Posts Tagged ‘Esther Rose’

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You can think of Esther Rose’s warm, hopeful country songs like points on a map. The New Orleans singer-songwriter takes pleasure in guiding you through colourful landmarks—especially those throughout her hometown—but she also makes time for smaller, quieter spots: say, the bar where a relationship turned sour, or the dreary high school where she and her sister begrudgingly drove each morning. Recorded direct-to-tape and accentuated with lap steel and fiddle, her songs pull you in like this; she wants you to see the scenery, learn the history, and feel at home before she sends you on your way.

With her two solo records—2017’s This Time Last Night (Mashed Potato) and 2019’s You Made It This Far (Father/Daughter)—Esther Rose is at the beginning of her own journey. Her vibrant, homespun music has earned comparisons to Hank Williams and Rilo Kiley, and, over the past year, she has toured with acts such as Nick Lowe & Los Straitjackets, The Cactus Blossoms, and Charley Crockett. Carving new ground while drawing on the tradition of classic folk music, she uses tender stories to depict deeper cosmic truths. As she sings, she invites you to a world that feels familiar, magical, and entirely her own.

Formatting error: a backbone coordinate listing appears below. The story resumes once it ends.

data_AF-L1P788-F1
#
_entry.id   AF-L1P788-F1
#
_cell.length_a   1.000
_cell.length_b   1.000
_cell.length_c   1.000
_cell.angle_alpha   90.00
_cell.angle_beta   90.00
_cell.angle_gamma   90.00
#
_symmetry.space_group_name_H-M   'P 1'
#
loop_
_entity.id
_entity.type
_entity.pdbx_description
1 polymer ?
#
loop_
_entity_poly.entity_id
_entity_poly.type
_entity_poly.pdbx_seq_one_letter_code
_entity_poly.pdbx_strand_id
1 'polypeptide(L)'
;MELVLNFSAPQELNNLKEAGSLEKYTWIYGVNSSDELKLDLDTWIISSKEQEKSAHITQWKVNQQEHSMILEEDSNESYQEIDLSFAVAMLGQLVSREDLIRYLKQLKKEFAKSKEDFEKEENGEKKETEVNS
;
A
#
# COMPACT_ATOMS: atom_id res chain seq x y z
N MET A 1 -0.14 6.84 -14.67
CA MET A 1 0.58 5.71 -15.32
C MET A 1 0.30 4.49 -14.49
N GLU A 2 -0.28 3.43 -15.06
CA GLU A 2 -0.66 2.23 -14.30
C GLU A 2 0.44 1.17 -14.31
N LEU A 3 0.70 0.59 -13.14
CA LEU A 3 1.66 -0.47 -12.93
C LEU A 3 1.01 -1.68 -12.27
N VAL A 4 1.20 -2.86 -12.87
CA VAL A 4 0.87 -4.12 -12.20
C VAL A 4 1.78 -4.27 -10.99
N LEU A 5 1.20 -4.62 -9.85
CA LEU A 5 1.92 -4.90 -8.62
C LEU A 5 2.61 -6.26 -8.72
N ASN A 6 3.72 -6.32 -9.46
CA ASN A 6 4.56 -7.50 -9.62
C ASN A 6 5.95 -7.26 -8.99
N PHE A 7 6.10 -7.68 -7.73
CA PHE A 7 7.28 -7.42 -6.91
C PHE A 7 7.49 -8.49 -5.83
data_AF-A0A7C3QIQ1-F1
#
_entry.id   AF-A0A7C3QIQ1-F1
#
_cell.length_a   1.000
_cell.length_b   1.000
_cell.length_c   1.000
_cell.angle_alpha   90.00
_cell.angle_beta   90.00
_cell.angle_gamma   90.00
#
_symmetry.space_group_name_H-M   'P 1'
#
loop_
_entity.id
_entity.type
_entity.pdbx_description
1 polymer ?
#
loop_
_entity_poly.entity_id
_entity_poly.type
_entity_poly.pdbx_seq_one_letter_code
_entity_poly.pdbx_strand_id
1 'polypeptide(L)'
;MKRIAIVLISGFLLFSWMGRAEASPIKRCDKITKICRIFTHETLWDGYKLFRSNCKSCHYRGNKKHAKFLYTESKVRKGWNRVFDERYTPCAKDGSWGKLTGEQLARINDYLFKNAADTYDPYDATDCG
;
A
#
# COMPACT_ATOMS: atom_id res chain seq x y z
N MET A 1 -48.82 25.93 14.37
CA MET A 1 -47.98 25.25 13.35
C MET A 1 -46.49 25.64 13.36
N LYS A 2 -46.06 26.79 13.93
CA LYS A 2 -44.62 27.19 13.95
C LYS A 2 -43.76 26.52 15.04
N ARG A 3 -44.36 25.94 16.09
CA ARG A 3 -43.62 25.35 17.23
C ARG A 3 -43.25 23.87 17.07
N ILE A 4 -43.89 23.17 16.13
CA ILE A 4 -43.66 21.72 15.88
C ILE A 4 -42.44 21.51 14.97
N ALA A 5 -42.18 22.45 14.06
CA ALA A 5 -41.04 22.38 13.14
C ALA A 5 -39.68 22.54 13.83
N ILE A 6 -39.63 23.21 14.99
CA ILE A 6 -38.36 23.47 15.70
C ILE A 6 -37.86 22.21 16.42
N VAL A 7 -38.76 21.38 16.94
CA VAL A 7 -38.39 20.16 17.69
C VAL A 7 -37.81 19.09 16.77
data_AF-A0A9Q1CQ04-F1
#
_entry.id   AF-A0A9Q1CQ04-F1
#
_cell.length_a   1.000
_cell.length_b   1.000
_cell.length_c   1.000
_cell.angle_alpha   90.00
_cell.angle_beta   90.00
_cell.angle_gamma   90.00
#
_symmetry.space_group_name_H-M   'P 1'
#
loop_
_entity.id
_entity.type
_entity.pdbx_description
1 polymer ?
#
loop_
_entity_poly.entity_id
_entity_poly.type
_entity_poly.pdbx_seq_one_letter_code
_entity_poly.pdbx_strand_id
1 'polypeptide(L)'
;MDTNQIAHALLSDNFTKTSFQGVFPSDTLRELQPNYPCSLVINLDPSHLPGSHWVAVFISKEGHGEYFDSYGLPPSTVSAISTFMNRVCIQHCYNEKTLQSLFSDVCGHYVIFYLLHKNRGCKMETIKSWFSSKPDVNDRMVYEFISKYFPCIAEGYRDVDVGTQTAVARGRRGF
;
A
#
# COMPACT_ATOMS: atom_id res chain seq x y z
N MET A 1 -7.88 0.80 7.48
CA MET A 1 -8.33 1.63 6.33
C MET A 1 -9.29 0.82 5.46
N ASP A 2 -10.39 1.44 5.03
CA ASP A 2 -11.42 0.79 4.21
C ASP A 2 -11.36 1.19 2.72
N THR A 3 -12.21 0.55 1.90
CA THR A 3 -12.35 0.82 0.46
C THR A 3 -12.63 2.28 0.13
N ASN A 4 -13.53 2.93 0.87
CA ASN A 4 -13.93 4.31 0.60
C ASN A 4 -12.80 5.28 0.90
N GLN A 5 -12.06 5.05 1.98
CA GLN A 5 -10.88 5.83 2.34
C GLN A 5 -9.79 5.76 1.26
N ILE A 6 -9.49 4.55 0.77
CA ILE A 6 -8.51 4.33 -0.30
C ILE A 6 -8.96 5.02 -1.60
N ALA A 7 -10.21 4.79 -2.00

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On her new EP, “My Favorite Mistakes”, Rose and her band cover a selection of downer anthems close to her heart. Recorded live over three days, it includes songs written by Sheryl Crow, Nick Lowe, Roy Orbison, and, of course, Hank Williams. “When I was starting out on my guitar playing/songwriting path,” Rose says, “I would listen to Hank Williams on my headphones and walk for miles and miles across town and back. Hank is one of the best teachers I’ve had when it comes to writing simply and directly, with humour and sincerity.” Through these performances, Rose sings not only in tribute to her heroes but also in deep, intimate conversation with them, traveling their lonesome highways to find her own new destinations.

Released May 29th, 2020

New Orleans–based singer-songwriter Esther Rose has released a cover of Sheryl Crow’s 1998 track “My Favorite Mistake.” The track was recorded live to live at New Orleans’ Tigermen Den.